“A recommendation system can set a minimum number of news categories to be displayed for each user,” said Peng. “Furthermore, mobile news services can investigate news interests and develop the potential news interests of users that are beyond their news viewing behavior and personal registration information.”

With all of the information out there, it’s impossible to consume it all. But next time you think you’re catching up on the latest news, make sure you’re widening your search.

By Katie Kochanny

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Elizabeth Dorrance Hall to join faculty in Communication Department

Posted on: December 14, 2016

Aelizabeth-dorrance-hallssistant Professor Elizabeth Dorrance Hall will join the Department of Communication in Fall 2017. Elizabeth holds a Ph.D. in Interpersonal and Family Communication from Purdue University, where she studied under Steve Wilson.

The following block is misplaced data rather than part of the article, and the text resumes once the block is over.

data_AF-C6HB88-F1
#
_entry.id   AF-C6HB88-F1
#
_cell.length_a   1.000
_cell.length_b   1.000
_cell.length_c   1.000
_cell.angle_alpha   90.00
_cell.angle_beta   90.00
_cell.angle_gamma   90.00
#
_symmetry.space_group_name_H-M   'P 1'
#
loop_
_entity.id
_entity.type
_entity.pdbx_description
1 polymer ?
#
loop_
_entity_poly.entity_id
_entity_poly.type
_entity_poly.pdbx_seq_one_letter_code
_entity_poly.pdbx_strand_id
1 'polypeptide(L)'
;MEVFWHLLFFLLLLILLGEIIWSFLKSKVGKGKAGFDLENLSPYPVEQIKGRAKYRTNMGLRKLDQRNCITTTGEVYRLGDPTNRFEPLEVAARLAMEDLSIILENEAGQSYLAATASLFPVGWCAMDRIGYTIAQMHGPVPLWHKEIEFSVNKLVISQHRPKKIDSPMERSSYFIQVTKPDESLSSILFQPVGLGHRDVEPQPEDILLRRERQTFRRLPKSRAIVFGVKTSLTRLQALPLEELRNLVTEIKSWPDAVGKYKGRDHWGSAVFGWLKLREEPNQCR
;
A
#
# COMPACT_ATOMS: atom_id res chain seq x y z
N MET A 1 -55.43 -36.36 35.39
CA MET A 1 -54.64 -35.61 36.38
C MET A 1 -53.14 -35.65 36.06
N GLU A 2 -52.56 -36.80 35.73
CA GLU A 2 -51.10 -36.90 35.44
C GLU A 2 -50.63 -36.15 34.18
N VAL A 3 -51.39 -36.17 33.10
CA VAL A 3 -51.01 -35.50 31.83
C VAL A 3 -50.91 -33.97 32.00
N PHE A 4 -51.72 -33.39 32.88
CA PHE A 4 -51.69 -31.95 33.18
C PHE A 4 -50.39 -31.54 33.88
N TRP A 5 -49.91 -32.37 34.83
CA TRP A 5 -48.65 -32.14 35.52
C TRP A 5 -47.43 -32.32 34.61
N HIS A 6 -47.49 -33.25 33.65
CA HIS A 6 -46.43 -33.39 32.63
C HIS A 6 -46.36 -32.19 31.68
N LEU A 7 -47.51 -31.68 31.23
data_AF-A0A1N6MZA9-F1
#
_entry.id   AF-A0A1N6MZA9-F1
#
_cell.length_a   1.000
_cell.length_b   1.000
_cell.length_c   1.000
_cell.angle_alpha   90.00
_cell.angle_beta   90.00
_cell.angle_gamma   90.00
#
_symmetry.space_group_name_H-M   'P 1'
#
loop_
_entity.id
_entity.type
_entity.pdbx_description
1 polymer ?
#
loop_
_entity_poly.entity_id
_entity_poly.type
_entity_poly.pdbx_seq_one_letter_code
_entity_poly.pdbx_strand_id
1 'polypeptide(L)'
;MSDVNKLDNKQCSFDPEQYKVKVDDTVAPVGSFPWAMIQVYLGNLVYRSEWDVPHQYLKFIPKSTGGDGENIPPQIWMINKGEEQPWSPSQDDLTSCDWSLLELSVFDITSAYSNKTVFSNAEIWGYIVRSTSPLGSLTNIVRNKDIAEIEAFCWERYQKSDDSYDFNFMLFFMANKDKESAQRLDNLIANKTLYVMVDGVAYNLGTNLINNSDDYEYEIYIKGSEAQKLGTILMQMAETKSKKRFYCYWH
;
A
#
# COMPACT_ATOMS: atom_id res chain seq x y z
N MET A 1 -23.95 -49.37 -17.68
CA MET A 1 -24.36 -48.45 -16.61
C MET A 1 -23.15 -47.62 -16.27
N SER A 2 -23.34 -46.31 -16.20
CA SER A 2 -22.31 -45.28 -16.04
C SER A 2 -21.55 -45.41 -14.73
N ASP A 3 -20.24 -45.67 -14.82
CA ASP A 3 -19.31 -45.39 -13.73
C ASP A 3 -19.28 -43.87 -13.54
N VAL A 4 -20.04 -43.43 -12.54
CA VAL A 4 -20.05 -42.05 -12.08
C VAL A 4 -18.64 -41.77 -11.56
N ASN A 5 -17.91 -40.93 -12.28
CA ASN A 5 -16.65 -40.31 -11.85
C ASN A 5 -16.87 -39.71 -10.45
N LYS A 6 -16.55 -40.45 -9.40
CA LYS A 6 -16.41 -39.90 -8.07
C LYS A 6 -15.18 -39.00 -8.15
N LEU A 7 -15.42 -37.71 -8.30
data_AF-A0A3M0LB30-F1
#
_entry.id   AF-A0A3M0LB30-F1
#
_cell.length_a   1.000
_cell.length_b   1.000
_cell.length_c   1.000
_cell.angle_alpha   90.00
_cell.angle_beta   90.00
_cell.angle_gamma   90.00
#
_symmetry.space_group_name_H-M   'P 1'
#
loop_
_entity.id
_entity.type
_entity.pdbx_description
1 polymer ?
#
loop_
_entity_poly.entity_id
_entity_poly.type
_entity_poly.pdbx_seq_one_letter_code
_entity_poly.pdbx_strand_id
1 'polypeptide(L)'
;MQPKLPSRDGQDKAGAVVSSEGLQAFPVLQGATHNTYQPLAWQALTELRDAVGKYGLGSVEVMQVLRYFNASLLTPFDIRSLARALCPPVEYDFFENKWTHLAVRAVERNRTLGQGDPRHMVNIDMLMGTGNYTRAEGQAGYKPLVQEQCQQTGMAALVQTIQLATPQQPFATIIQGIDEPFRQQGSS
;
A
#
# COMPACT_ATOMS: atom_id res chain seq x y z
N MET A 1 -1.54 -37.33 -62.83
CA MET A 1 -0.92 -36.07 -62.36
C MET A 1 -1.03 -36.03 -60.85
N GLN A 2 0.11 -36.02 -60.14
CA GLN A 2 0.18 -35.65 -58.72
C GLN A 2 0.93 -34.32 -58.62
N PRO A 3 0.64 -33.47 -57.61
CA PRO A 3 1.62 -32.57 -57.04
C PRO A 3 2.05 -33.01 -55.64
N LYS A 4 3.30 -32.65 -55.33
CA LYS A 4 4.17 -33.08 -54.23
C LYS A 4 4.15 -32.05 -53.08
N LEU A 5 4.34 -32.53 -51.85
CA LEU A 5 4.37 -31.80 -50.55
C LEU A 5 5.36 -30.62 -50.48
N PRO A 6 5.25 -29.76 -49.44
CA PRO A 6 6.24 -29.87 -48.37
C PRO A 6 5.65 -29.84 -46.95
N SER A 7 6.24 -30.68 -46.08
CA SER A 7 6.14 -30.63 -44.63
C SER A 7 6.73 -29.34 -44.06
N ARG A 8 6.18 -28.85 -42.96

Elizabeth's research focuses on communication processes in close relationships, especially in the context of family. She applies and extends interpersonal and family communication theories (e.g., family communication patterns theory (FCP), confirmation theory) to explore how family communication is associated with young adults' academic, relational, and psychological well-being.

Her current projects focus on changes in perceptions of family member marginalization (the "black sheep" in families) over time.

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Communication Professors receive ICA Fellow status

Posted on: June 10, 2016

William Donohue and Frank Boster, professors in the Communication Department, join a large group of ComArtSci faculty who have been acknowledged by the International Communication Association (ICA). Both Donohue and Boster were nominated and awarded Fellow status for their research and dedication to communication.